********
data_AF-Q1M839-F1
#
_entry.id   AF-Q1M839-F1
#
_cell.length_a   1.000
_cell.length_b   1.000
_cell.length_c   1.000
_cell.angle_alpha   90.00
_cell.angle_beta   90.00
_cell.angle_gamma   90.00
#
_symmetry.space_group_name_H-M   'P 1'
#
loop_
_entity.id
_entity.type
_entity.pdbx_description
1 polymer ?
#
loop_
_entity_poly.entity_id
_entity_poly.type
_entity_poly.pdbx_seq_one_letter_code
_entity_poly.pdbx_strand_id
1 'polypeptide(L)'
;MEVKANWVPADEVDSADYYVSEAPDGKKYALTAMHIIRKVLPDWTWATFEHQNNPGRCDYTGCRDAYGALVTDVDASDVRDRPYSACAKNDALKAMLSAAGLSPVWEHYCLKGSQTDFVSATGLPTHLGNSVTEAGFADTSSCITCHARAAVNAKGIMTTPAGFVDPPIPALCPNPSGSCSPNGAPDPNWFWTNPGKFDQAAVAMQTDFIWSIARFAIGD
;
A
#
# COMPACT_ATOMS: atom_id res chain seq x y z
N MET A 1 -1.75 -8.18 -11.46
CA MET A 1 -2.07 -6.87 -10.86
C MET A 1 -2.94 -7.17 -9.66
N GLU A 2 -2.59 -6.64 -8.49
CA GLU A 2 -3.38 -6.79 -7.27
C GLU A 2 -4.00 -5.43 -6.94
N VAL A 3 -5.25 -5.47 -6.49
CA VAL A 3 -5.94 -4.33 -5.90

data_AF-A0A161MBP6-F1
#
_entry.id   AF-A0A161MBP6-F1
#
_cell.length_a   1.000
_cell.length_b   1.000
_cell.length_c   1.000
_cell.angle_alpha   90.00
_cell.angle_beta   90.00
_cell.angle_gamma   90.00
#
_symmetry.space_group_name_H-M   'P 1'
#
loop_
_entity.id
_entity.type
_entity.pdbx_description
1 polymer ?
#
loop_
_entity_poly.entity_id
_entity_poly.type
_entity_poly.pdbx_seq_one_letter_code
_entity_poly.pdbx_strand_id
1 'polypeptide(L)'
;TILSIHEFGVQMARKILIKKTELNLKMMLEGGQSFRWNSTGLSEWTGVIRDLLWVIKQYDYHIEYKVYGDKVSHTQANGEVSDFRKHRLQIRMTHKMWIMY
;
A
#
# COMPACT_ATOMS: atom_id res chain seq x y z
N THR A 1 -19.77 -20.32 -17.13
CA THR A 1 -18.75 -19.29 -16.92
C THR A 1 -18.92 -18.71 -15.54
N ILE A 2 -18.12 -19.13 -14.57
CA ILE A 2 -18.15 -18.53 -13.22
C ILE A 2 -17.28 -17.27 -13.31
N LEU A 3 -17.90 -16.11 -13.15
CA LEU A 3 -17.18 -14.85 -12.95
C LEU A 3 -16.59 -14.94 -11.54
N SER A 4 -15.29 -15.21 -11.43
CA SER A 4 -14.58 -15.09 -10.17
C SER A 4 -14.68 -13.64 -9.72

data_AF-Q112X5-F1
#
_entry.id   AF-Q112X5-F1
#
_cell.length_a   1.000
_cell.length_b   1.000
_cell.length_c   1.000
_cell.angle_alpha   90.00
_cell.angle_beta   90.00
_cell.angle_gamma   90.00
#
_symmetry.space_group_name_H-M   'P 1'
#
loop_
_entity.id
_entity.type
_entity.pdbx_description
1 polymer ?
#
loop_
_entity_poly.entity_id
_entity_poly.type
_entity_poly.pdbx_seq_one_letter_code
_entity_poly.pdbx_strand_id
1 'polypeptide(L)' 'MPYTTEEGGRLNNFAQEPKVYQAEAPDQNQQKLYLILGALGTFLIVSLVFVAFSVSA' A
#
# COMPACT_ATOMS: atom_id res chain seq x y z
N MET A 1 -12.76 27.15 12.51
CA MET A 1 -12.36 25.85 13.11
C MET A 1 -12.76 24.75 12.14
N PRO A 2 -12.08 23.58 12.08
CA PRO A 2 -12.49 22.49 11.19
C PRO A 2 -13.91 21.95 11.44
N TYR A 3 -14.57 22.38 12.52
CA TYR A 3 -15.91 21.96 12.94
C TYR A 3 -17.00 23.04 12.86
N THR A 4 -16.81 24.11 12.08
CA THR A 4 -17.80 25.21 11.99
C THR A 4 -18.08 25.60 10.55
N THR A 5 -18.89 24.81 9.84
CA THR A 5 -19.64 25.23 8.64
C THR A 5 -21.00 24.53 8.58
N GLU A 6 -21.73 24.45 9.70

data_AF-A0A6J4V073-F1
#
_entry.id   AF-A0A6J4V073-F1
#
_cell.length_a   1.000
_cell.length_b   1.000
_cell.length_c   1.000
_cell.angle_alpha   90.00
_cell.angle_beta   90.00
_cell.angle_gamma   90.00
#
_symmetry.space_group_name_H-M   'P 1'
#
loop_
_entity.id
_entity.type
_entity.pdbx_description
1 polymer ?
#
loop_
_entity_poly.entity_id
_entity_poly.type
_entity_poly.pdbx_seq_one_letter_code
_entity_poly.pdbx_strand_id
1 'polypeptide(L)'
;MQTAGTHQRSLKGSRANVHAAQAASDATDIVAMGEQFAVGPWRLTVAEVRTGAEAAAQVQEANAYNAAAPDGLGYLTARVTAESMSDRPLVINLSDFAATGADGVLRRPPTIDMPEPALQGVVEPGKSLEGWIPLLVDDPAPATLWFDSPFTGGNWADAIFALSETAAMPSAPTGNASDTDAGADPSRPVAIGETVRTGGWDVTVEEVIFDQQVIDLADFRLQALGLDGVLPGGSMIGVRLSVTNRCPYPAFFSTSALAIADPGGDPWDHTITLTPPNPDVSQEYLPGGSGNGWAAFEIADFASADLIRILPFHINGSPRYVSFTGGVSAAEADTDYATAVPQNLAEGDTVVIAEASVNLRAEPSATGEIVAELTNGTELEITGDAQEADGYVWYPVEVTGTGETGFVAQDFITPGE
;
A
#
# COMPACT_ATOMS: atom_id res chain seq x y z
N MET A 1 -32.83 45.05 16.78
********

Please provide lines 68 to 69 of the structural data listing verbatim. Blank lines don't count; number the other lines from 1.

# COMPACT_ATOMS: atom_id res chain seq x y z
N THR A 1 -19.77 -20.32 -17.13